Session Type: Poster Session A
Session Time: 9:00AM-11:00AM
Background/Purpose: Glucocorticoids (GC), utilised in SLE for their broad immunosuppressive actions, predominantly mediate these effects by interaction with the cytoplasmic GC receptor (GR) to modulate gene transcription. Interactions of GC with many pathways in SLE, including the type 1 interferon (IFN) program, are poorly understood, with some evidence that IFN program is GC resistant. Minimising GC exposure is a treatment goal in SLE, however evidence-based treatment guidelines are lacking and no pharmacodynamic measure has been established. We aimed to evaluate GC regulated genes for their potential to be used as biomarkers of GC exposure in SLE.
Methods: A previously described set of 80 GC induced genes (Hu et al, Arthritis and Rheumatology, 2018) was measured using Fluidigm Biomark HD in peripheral blood mononuclear cells (PBMC) from patients meeting ACR criteria for SLE. Public data sets GSE49454 and GSE 88884 were accessed; clinical data correlating to GSE88884 were provided by Eli Lily. IFN status was determined using a validated 4 gene signature (IFI44, IFI44L, IFI27, RSAD2). RNAseq was performed on RNA extracted from healthy donor PBMC (n=4) treated with dexamethasone 10-7M (DEX) and/or IFN 1000IU/mL. The HALLMARK_INTERFERON_ALPHA_RESPONSE gene set was extracted from the Broad Institute Molecular Signature Database.
Results: 80 GC-regulated genes were analysed in our cohort (n=18) and GSE49454 (n=62). Five genes (VSIG4, ALOX15B, CD163, AMPH, IL1R2) correlated with daily oral GC dose in both cohorts; these were combined to make a 5-gene GC signature (5GGCS) and this was analysed in GSE88884 (n=1,756). Although a dose-dependent association of 5GGCS expression with GC doses was observed (p < 0.0001) (Fig 1A), high interpatient variation (Fig 1B) meant GC signature had only modest ability to distinguish patients taking/not taking GC overall (AUC = 0.69) (Fig 1C). We next examined whether IFN status impacted on GC signatures in SLE. In GSE88884 there was no effect of GC dose on ISG expression. In contrast, we observed a stronger correlation of 5GGCS with GC dose in IFN low patients (R=0.42, p< 0.0001) compared to IFN high patients (R=0.29, p< 0.0001) and IFN low patients had increased 5GGCS expression compared to IFN high patients matched for GC dose (p < 0.05), suggesting GC-induced genes are suppressed by IFN. RNAseq on IFN and DEX-treated PBMC confirmed that IFN significantly altered the expression of 29/80 GC-regulated genes, while DEX had minimal impact on ISG expression. We identified 61 genes regulated by DEX but not affected by IFN. Only 9/61 correlated with GC dose in GSE88884. Combined signatures using these genes showed modest ability to distinguish patients taking/not taking GC (AUC=0.63) (Figure 2), with slightly better performance for negatively regulated genes when prednisolone ≥ 25 mg/day (AUC=0.71).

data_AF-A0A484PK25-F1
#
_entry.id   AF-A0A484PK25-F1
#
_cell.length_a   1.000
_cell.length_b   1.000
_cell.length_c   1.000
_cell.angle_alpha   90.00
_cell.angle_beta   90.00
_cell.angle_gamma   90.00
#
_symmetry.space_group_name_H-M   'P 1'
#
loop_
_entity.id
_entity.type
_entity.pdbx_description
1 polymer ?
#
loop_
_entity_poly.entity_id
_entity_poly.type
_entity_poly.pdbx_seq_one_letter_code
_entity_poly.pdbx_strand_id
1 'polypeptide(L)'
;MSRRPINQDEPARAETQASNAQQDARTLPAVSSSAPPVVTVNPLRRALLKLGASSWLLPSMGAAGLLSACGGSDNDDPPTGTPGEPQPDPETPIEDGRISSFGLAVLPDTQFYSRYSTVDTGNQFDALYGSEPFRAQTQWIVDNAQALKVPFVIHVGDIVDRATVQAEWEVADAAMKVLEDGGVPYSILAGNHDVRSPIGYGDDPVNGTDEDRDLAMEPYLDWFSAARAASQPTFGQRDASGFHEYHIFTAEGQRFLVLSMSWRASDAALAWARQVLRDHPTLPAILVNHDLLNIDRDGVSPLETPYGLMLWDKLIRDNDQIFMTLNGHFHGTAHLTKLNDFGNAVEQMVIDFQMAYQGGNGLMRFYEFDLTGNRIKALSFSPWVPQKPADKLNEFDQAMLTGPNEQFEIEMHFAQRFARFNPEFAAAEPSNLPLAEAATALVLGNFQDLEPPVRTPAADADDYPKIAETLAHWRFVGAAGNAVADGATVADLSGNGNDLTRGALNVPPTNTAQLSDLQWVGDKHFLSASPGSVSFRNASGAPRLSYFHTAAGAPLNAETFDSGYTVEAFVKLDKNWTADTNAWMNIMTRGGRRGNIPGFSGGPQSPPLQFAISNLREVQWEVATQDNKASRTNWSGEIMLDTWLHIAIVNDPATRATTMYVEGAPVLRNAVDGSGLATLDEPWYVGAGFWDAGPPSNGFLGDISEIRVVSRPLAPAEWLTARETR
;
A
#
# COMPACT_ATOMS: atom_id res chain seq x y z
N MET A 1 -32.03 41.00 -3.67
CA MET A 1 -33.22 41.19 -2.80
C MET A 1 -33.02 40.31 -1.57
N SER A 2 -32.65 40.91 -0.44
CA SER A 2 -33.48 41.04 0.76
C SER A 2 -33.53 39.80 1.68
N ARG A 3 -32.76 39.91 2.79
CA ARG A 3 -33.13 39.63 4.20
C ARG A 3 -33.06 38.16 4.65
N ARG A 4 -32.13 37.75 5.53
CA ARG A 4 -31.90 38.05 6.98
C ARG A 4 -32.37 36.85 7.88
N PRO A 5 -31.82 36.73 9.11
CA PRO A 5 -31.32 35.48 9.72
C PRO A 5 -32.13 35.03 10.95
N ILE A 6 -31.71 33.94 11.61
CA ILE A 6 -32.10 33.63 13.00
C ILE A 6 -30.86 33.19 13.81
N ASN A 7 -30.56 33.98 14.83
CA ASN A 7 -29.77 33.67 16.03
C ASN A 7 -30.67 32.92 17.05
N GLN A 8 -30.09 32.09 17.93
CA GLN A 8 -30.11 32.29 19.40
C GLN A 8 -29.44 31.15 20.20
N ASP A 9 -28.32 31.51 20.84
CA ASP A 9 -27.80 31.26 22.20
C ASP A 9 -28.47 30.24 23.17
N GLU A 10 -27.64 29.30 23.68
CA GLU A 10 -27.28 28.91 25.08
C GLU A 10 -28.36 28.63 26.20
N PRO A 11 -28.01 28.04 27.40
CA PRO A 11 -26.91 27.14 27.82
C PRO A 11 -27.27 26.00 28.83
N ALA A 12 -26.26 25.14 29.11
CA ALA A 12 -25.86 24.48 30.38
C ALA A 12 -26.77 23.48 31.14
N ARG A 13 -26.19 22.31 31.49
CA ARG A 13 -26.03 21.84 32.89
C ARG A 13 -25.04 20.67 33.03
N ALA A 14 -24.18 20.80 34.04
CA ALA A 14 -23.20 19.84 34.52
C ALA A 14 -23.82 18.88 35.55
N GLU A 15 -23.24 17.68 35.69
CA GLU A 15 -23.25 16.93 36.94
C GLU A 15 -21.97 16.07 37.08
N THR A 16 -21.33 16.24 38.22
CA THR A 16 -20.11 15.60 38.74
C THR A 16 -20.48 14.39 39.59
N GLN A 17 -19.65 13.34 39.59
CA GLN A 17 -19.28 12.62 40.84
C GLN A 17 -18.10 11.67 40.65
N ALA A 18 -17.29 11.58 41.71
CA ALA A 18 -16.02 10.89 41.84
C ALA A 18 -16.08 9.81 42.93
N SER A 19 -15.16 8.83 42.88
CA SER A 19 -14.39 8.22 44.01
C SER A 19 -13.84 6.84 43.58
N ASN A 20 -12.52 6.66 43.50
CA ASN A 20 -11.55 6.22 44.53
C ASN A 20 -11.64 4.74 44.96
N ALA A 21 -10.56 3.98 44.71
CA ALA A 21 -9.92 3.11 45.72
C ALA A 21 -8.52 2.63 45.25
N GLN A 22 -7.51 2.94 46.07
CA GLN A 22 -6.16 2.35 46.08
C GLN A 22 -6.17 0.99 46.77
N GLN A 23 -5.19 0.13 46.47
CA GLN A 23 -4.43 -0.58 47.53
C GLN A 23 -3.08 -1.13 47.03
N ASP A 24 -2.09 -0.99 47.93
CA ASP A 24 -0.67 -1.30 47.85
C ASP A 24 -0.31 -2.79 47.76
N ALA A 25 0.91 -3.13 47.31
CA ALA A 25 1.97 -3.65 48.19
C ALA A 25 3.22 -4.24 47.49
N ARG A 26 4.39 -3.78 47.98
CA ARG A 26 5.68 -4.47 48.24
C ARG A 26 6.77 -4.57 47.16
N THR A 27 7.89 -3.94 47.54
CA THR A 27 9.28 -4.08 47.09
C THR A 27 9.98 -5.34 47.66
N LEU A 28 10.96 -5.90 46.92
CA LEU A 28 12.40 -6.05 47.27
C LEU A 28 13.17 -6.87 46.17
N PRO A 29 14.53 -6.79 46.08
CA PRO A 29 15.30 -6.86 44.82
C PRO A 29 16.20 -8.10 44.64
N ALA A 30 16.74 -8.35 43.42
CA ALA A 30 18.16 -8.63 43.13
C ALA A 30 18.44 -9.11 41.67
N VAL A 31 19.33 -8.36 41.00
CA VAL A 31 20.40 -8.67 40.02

Conclusion: A signature for GC exposure was identified, but interpatient variation and effects of IFN status may limit application in IFN-driven diseases such as SLE. These data confirm insensitivity of IFN-regulated genes to GC, but substantial impact of IFN on GC induced genes, strongly supporting the concept that IFN plays a role in GC resistance in SLE.
Figure 1. Correlations between 5-gene GC signature and prednisolone (pred) dose in dataset GSE888884. Mean GC signature scores increased with increasing GC dose (A, p for trend < 0.0001) but exhibited large interpatient variation (B) and only modest benefit in differentiating patients taking/not taking prednisolone (C).
To cite this abstract in AMA style:Northcott M, Gearing L, Nim H, Nataraja C, Jones S, Morand E. Towards a Glucocorticoid Exposure Signature in SLE: Effects of Type I Interferon [abstract]. Arthritis Rheumatol. 2020; 72 (suppl 10). https://acrabstracts.org/abstract/towards-a-glucocorticoid-exposure-signature-in-sle-effects-of-type-i-interferon/. Accessed May 10, 2021.
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